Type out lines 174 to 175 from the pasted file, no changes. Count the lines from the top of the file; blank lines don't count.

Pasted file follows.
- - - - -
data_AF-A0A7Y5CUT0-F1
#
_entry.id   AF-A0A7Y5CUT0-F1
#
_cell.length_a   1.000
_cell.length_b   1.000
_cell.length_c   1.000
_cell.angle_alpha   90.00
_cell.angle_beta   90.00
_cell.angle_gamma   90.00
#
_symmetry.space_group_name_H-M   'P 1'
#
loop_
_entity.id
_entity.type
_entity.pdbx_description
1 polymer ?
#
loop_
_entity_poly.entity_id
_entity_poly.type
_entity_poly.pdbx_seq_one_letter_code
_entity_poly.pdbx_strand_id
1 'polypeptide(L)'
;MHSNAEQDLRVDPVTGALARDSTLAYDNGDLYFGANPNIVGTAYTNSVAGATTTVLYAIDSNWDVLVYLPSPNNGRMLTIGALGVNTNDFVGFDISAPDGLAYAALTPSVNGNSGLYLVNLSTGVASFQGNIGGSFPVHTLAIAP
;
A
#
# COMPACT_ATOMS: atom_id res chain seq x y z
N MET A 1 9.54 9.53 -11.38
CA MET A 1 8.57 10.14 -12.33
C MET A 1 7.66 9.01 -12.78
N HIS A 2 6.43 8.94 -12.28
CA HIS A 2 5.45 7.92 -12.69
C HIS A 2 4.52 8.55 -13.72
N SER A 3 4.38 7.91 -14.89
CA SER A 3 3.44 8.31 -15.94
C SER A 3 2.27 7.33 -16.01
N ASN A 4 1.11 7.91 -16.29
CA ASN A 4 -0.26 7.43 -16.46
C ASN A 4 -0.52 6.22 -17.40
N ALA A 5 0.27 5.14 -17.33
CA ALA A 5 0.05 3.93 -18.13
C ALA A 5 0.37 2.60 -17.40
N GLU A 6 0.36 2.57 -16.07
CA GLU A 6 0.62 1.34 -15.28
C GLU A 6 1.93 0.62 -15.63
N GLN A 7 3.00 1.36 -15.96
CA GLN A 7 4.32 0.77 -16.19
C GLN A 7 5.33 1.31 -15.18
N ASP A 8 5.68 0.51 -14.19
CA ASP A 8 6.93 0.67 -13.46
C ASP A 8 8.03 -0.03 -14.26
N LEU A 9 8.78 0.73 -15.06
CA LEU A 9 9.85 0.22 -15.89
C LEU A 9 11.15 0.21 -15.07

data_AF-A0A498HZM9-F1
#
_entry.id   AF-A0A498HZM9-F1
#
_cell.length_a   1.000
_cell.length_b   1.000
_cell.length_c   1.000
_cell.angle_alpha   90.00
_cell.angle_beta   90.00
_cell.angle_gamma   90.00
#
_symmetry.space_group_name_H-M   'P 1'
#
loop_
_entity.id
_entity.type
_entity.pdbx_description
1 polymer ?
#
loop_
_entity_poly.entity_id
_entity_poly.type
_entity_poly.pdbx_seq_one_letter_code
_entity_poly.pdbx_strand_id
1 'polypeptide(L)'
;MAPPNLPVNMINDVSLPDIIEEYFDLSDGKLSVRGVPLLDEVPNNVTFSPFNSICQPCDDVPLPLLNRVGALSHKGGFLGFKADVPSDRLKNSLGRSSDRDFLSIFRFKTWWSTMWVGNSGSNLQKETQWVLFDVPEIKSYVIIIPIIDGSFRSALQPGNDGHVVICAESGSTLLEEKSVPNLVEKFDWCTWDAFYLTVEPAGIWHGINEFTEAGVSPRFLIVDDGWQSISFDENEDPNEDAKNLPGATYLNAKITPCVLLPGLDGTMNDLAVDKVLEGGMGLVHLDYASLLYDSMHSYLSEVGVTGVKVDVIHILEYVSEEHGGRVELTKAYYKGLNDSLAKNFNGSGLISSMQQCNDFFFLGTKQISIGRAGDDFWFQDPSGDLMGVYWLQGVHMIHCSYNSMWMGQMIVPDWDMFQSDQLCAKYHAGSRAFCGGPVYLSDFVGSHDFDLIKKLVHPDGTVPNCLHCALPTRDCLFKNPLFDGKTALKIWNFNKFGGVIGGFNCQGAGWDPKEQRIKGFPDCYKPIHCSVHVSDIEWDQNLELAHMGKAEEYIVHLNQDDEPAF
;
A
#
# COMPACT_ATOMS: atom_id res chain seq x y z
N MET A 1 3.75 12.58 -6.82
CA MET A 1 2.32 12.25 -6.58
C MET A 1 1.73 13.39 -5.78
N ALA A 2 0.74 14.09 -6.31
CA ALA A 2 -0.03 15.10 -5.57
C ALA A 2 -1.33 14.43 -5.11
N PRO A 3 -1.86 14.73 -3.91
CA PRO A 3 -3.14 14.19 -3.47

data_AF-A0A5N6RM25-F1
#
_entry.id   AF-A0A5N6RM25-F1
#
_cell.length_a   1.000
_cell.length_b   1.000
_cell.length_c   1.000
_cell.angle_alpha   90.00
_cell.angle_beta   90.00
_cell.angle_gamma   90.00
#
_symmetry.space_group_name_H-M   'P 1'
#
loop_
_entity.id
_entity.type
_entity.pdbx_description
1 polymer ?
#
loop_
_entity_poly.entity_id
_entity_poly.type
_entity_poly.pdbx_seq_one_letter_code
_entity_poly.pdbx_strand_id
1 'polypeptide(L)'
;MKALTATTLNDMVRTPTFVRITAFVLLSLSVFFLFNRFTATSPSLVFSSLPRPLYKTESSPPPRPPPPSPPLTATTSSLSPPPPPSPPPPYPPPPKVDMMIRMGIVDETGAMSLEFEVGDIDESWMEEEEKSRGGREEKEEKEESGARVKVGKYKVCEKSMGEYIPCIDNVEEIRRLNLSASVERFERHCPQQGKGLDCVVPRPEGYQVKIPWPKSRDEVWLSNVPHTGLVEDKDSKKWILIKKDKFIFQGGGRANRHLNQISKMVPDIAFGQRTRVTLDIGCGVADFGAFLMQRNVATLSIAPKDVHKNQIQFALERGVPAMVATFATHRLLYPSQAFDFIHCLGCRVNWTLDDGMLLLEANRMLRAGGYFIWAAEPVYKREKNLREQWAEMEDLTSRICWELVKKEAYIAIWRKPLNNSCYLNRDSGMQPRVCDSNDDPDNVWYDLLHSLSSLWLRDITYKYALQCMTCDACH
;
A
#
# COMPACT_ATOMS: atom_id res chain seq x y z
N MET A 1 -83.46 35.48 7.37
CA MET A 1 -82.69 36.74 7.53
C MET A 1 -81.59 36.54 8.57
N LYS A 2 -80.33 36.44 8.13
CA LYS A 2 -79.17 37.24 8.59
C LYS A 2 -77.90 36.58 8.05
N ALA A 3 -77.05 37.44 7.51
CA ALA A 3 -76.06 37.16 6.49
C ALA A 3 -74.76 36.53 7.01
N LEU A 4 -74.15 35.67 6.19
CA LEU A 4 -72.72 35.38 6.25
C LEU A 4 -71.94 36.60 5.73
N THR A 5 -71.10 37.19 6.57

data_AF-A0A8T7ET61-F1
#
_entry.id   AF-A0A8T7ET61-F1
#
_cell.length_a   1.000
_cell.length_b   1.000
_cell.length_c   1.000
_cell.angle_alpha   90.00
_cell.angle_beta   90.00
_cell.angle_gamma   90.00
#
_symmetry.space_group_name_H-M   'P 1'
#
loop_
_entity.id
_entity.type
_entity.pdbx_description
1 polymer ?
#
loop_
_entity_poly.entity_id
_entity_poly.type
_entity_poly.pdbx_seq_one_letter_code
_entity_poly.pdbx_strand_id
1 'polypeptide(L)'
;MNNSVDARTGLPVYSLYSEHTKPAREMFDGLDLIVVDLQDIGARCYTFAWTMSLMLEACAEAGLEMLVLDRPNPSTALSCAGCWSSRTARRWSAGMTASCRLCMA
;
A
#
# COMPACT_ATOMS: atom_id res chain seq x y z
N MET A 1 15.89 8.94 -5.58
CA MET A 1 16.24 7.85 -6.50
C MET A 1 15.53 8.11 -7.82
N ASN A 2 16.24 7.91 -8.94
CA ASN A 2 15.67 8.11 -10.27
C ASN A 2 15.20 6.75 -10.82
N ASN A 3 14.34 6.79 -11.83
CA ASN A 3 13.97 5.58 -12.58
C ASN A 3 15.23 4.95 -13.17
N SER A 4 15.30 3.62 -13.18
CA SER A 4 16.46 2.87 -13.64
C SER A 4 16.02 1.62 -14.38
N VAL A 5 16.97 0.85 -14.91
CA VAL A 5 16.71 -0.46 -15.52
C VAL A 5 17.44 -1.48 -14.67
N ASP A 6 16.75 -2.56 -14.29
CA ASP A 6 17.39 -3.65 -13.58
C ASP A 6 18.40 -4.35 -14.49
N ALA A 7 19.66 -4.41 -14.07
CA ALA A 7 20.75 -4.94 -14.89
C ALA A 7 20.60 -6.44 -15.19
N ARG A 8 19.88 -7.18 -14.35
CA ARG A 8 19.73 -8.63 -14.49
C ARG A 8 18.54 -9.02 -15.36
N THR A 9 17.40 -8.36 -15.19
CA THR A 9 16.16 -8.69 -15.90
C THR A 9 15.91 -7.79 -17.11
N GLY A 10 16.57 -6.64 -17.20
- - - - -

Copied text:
C ASN A 2 15.20 6.75 -10.82
N ASN A 3 14.34 6.79 -11.83